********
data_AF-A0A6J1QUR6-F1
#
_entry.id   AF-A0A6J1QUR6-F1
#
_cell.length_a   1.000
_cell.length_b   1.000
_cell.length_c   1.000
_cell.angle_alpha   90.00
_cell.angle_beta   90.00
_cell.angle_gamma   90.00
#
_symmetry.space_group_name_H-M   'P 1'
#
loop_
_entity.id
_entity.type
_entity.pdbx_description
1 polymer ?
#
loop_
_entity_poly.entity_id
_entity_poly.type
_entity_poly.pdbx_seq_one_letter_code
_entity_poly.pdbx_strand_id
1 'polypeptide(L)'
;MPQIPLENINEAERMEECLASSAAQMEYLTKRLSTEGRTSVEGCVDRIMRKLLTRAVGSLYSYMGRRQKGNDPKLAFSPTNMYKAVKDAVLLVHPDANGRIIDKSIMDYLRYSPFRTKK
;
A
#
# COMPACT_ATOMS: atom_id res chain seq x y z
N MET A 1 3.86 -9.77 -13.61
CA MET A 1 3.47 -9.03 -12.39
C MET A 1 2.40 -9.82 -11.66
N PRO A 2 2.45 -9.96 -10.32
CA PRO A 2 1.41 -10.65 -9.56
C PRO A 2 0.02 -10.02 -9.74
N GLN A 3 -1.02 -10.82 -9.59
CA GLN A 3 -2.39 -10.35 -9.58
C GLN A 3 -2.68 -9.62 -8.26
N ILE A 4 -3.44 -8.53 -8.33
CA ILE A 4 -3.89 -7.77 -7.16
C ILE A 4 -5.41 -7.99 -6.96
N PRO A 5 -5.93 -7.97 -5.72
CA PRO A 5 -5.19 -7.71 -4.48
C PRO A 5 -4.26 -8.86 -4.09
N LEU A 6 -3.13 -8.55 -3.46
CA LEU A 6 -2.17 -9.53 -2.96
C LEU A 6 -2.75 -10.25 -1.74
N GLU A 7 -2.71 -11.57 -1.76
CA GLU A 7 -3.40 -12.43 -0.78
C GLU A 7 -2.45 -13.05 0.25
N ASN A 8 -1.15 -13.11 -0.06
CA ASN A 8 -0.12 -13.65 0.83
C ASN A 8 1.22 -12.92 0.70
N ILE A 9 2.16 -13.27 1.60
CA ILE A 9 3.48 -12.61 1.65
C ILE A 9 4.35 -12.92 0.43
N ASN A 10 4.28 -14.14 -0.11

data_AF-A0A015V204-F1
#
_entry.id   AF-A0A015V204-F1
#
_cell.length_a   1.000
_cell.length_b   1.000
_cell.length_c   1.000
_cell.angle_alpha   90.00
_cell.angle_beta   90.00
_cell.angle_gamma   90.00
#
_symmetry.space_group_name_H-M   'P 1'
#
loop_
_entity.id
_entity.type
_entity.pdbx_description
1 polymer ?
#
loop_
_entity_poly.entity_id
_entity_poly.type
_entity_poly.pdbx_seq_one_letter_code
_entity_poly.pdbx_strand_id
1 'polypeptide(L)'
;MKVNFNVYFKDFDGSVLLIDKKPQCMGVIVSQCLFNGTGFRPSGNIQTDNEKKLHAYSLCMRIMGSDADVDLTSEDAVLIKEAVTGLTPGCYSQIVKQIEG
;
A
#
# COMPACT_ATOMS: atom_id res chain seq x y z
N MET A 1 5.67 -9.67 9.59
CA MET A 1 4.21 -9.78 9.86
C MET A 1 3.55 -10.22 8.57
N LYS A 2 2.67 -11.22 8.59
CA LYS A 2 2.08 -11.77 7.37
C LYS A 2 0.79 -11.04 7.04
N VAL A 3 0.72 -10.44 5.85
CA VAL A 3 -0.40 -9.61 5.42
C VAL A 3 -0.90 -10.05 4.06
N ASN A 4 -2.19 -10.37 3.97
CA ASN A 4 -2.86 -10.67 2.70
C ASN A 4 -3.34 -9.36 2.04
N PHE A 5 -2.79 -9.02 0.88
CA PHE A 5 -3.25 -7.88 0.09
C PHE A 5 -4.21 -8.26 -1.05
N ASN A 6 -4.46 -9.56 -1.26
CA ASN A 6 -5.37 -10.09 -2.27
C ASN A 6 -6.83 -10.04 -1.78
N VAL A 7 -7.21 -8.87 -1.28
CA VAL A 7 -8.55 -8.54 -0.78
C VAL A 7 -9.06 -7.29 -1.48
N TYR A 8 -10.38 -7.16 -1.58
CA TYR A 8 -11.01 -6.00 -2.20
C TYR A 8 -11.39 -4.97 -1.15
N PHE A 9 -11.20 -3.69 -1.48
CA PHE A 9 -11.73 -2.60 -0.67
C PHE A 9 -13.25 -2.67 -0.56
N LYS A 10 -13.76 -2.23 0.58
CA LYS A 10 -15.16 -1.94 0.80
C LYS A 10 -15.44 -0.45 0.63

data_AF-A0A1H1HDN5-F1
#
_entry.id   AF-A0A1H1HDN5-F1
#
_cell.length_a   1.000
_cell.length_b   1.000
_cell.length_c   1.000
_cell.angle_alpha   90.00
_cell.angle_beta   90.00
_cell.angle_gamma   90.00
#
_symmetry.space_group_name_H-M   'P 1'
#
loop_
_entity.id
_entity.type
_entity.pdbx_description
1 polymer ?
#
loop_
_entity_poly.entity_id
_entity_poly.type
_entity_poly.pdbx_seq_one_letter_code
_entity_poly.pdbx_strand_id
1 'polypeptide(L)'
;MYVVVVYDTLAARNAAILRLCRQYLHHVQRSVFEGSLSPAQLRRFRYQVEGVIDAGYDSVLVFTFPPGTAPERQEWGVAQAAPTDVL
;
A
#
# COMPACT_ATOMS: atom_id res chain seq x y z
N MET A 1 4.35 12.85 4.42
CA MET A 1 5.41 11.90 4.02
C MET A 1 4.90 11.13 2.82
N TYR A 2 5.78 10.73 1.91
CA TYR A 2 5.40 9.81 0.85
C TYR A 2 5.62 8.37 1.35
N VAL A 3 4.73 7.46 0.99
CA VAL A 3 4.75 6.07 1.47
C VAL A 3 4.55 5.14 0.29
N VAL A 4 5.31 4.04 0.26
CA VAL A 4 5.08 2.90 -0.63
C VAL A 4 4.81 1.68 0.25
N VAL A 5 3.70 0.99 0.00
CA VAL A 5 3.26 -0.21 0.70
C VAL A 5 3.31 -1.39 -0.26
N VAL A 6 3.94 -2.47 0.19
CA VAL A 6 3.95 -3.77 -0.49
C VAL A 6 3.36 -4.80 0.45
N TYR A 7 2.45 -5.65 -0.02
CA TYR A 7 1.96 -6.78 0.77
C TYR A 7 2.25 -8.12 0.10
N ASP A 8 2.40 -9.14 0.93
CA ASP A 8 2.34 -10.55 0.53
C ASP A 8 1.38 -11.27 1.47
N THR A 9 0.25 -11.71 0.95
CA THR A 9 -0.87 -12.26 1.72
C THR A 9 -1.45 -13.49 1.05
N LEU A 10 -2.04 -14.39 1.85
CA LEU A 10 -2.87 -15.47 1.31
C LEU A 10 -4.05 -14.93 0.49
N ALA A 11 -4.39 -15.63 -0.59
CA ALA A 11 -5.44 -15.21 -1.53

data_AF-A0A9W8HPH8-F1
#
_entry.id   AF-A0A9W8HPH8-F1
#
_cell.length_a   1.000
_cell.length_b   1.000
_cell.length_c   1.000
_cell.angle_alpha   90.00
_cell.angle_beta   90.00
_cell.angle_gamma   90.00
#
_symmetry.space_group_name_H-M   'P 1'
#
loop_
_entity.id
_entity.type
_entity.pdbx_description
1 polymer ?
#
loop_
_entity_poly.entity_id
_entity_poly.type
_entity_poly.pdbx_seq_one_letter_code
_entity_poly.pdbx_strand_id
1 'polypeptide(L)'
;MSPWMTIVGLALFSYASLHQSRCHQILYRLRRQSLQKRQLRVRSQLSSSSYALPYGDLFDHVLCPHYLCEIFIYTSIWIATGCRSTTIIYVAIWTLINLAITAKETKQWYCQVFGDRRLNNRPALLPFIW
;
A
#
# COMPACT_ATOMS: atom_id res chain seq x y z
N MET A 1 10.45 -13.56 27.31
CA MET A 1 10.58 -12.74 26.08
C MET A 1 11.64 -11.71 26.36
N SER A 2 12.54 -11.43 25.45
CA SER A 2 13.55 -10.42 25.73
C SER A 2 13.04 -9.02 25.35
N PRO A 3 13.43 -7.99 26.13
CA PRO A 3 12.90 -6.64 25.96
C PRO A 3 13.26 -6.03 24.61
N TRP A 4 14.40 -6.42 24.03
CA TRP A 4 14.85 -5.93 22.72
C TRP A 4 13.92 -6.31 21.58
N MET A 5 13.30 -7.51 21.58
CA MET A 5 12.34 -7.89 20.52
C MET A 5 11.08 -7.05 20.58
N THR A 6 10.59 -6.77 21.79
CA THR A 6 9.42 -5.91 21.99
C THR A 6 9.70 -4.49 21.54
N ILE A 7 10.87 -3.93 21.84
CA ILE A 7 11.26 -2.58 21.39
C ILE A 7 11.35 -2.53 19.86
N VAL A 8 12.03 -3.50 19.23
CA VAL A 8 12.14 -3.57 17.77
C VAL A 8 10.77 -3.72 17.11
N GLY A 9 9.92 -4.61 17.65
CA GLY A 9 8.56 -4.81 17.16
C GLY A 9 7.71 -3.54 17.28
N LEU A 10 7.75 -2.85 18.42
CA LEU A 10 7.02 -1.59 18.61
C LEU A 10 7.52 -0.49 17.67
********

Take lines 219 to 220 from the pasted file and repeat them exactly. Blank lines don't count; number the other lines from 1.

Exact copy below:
C PRO A 3 13.26 -6.03 24.61
N TRP A 4 14.40 -6.42 24.03